A few months ago, I attended one of Jane Blundell's watercolour workshop.
This is the set of 15 Daniel Smith watercolours that was given out that day in half pans. I finally created the colour chart for the mixture and it sure took quite some time to mix all the 15 colours.
Here's the list of colours from top to bottom:
- Buff Titanium
- Hansa Yellow Medium
- Quinacridone Gold
- Transparent Pyrrol Orange
- Pyrrol Crimson
- Quinacridone Rose
- Ultramarine Blue
- Phthalo Blue (RS)
- Cerulean Blue Chromium
- Phthalo Green (BS)
- Goethite-Brown Ochre
- Burnt Sienna
- Indian Red
- Raw Umber
- Neutral Tint
The pigment is PW6:1, semi transparent, granulating, non-staining with excellent lightfast rating.
This works well as a tinting colour. It's off-white, more like plain white eggshell. When added to other colours, it reduces their saturation as compared to adding water which reduces the value. It is granulating so it adds that property to the colour it mixes with. It's an interesting colour but not essential.
Hansa Yellow Medium
The pigment is PY97, semi-transparent, non-granulating, low staining with excellent lightfast rating.
This is a great yellow to have as a primary yellow. It a yellow that many artist uses. It is bright with high tinting strength, very good for mixing with other colours. Personally I use Lemon Yellow but I would switch to this yellow in the future.
The pigment is PO49, transparent, granulating, low staining with excellent lightfast rating.
According to Daniel Smith, this colour replaces Raw Sienna. But it's not quite Raw Sienna because it doesn't mix to a dry grey with Ultramarine. When you mix Q Gold with Ultramarine and other blues, you get warm green and Sap Green lookalikes. With reds, you get nice subdued oranges and peach colours.
Transparent Pyrrol Orange
The pigment is PO71, transparent, non-granulating, low staining with excellent lightfast rating.
This is much more red than Pyrrol Orange (PO73). It's a strong and warm red. Transparent too which can be more useful than Cadmium Red. It produce strong oranges with yellows, peach pink with earth colours and maurve with blues. With Phthalo green, it can go into a dark warm brown.
The pigment is PR264, semi-transparent, non-granulating, medium staining with excellent lightfast rating.
This is the cool red between magenta and fuchsia, a good alternative for Daniel Smith's Permanent Alizarin Crimson (PR177 PV19 PR149) which is a three-pigment colour. It mixes to a lighter orange with yellows. With blues, it can mix to either dark purples or maurve. With Phthalo Green, it can almost mix to a black. The shades of red that it can mix with earth colours are also very attractive.
The pigment is PV19, transparent, non-granulating, medium staining with excellent lightfast rating.
This is a cool bright violent-red-pinkish colour. It can produce nice shades of pink and purples.
The pigment is PB29, transparent, granulating, mediumg staining with excellent lightfast rating.
It's the same pigment as French Ultramarine but is slightly cooler. Both Ultramarine are extremely useful and a staple in many artists' palettes. When mixed with yellows, it produces warm green. I like it best when it's mixed with earth colours to produce greys, especially with Burnt Sienna. When mixed with red, it produces more greyish purples, maurve.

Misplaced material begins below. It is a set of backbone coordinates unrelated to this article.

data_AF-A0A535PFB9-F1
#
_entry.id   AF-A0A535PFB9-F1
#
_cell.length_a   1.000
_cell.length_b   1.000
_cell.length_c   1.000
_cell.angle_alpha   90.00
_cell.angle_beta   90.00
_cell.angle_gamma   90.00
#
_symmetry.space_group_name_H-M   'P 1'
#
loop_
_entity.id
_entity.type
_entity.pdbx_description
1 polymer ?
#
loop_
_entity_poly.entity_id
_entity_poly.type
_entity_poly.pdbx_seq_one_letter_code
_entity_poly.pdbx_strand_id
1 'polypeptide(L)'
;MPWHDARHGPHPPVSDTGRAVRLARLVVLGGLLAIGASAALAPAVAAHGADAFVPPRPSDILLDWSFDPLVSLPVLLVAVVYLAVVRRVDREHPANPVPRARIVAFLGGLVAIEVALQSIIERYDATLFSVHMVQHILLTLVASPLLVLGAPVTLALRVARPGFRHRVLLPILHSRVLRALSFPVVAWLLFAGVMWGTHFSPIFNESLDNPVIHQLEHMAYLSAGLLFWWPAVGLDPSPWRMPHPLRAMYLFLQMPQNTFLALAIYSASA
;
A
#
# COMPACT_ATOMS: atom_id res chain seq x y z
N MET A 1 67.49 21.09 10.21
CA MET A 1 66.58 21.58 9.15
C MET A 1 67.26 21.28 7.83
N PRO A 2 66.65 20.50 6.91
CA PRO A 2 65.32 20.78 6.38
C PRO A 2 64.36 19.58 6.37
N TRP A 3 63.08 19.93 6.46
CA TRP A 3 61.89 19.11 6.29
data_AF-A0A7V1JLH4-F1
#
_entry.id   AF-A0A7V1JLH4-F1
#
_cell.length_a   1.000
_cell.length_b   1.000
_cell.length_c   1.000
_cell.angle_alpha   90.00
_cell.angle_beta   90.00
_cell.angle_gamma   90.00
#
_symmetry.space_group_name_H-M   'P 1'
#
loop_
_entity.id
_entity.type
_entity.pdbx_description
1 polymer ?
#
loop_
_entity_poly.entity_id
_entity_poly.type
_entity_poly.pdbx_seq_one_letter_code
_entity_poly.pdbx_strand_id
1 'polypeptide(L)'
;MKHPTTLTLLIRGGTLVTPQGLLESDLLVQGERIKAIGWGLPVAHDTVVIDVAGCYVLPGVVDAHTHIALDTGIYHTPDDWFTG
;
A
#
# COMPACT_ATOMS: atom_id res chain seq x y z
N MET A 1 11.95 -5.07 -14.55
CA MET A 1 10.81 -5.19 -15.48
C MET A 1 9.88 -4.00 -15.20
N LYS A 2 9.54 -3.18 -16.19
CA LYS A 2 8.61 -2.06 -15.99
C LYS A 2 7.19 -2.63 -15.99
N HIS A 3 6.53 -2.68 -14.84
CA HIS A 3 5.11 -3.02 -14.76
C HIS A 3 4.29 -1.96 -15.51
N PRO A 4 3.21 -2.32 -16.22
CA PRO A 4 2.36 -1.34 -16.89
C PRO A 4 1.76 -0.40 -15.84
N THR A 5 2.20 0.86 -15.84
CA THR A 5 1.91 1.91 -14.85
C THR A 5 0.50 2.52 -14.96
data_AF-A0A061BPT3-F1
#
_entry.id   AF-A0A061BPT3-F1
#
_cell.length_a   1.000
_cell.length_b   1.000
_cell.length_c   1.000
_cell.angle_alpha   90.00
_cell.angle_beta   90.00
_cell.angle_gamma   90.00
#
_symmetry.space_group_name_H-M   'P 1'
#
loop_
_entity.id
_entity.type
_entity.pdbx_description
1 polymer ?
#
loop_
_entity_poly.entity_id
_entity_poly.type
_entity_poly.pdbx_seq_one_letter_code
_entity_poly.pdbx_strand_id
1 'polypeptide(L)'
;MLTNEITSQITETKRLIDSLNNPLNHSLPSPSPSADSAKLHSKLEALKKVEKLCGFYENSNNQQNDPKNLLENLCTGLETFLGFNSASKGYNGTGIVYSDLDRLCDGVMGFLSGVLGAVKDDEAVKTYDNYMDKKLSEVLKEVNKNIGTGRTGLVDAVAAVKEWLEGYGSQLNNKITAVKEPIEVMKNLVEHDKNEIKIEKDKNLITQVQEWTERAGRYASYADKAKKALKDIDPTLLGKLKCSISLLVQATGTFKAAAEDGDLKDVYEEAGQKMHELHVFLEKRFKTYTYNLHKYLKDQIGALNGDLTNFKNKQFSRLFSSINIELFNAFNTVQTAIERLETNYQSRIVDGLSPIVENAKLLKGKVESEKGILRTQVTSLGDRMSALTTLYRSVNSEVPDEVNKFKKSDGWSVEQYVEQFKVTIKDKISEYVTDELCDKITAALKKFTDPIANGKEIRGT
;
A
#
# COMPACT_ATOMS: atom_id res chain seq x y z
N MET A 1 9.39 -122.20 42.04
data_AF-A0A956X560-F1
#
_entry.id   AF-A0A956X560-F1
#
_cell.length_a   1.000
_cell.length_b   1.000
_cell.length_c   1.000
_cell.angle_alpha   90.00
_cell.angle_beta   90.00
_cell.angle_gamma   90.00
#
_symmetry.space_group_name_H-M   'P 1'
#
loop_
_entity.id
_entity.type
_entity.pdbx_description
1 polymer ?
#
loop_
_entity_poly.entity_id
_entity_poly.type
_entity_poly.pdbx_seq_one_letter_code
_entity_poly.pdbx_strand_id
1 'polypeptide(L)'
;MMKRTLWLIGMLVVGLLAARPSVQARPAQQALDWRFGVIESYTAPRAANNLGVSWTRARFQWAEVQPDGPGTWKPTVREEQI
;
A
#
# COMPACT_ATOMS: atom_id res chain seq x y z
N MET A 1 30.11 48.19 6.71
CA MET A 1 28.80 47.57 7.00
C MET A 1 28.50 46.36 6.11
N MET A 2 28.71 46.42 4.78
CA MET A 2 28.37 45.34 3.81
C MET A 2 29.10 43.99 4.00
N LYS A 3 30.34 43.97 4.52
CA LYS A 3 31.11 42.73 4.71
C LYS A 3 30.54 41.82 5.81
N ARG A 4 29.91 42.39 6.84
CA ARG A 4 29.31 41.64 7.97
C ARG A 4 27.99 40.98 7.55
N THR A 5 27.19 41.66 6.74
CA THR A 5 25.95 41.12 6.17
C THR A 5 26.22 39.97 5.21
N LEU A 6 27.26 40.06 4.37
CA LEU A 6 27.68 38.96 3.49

Phthalo Blue (RS)
The pigment is PB15, transparent, granulating, staining with excellent lightfast rating.
As with most Phthalo colours, this is staining and has high tinting strength. Just a bit of pigment produces intense blue. It has a red undertone. It provides nice variation to the mixtures that Ultramarine can mix.
Cerulean Blue Chromium
The pigment is PB36, semi-transparent, granulating, low staining with excellent lightfast rating.
Its cousin Cerulean Blue is PB35 which is cleaner, brighter and slighter warmer. This is a wonderful blue that creates beautiful washes.
Goethite - Brown Ochre
The pigment is PY43, semi-transparent, granulating, low staining with excellent lightfast rating.
I find it quite difficult to wet and coax the pigment onto the brush. This warm earth color closer to Raw Sienna so it can mix a nice grey with Ultramarine.
The pigment is PBr7, semi-transparent, granulating, non-staining with excellent lightfast rating.
It's a nice semi-transparent warm earth colour that's one of my favourite because it's very useful. It can be used to tone down all other colours to make them warmer. Favourite mixtures with this would be with Ultramarine to form dark greys for clouds and you can still still the individual characteristics of each pigment when mixed.
The pigment is PR101, opaque, granulating, medium staining with excellent lightfast rating.
It's a very warm red and when mixed produces warmed toned down colours.
The pigment is PBr7, semi-transparent, granulating, low staining with excellent lightfast rating.
This is a more cooler earth colour compared to Burnt Sienna and has its own nice
The pigment is PBk6, PV19, PB15, semi-transparent, non-granulating, low staining with excellent lightfast rating.
While it's said to produce darker values of colours it mixes with, I find that it's not that neutral after all. The hue from the original colours do shift. Daniel Smith created this to make it easier to mix darker clean colours instead of mud. To that effect, it does succeed. The are resulting dark hues are quite pleasing.